Disability Appeals in North Carolina  -   33 Years Experience
David R. Paletta
Disability Attorney

Raleigh, Durham, Chapel Hill, Boone
North Carolina

(919) 491-5643

Should money always decide who the client is?

Published by David Paletta

Our legal system is based on the adversarial model.  The theory is that each side to a dispute should be represented by trained advocates, that Truth will emerge from the litigation process, and the Court will dispense justice.  I believe in this legal system.  It has been my experience that most of the time our Courts do indeed dispense justice.

However, we live in an imperfect world.  There are great disparities in wealth and power. Often one of the parties in a dispute is indigent and powerless.

When I opened my law office decades ago I had no staff, no books, no money.  Obviously I needed clients to generate the income necessary to support myself and to build my law practice.  Immediately, I was confronted with an ethical issue.  How should I decide whether to take the new case that came in the door?

Other professions are not confronted with this issue.  When a sick person goes to the hospital, the doctor seeks to cure the illness.  When a student goes to the university, the professor seeks to educate.  When we call the plumber, he seeks to fix the leak.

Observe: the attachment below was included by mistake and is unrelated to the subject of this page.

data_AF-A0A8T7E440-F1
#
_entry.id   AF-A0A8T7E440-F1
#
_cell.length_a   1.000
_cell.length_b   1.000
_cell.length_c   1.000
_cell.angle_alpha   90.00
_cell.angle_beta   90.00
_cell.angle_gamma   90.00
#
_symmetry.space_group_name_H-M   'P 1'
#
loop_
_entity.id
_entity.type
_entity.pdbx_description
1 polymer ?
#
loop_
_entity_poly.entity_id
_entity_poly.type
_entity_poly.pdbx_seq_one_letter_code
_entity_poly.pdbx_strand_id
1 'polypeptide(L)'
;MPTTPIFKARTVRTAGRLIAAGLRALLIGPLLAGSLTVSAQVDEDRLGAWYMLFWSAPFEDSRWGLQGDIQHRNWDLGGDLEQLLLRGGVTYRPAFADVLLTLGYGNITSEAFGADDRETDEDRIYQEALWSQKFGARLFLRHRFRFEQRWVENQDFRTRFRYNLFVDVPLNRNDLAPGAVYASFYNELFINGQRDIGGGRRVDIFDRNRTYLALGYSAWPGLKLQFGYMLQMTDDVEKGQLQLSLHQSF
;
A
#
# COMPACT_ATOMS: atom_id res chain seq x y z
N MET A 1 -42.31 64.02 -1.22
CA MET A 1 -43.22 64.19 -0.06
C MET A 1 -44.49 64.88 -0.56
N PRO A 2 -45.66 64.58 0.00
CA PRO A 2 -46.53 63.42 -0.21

If the primary factor in accepting a new case is the client's ability to pay my fee, that has profound consequences.  Injustice and oppression are realities in this world, and they exist all around us.  If money is the primary factor in accepting a new case, then my moral code is based on the accumulation of wealth.  Given that Christianity, Judaism, Islam, Buddhism, and Hinduism do not teach that the accumulation of wealth is our primary purpose, how can lawyers combine their professional life with their moral code?

I believe that money should NOT be the primary consideration in deciding to accept a case, and suggest including at least three additional factors in the decision.

1.  Ask ethical questions.  Does this dispute involve justice and injustice?  Will representing the prospective client cause me to violate my moral principles?  

2.  Do no harm.  The older I get, the more I believe in the wisdom of this directive.

3.  Do not enable a party who has been dishonest and caused harm thereby to escape the consequences of such behavior.

I must acknowledge this topic is complex.  Truth is often illusive and justice is often a shade of grey.  Nonetheless, I believe a lawyer's personal moral code should be a part of the law practice.  Representing clients in accordance with one's moral code, even with little or no financial reward, has intrinsic value and can enrich us in meaningful ways.
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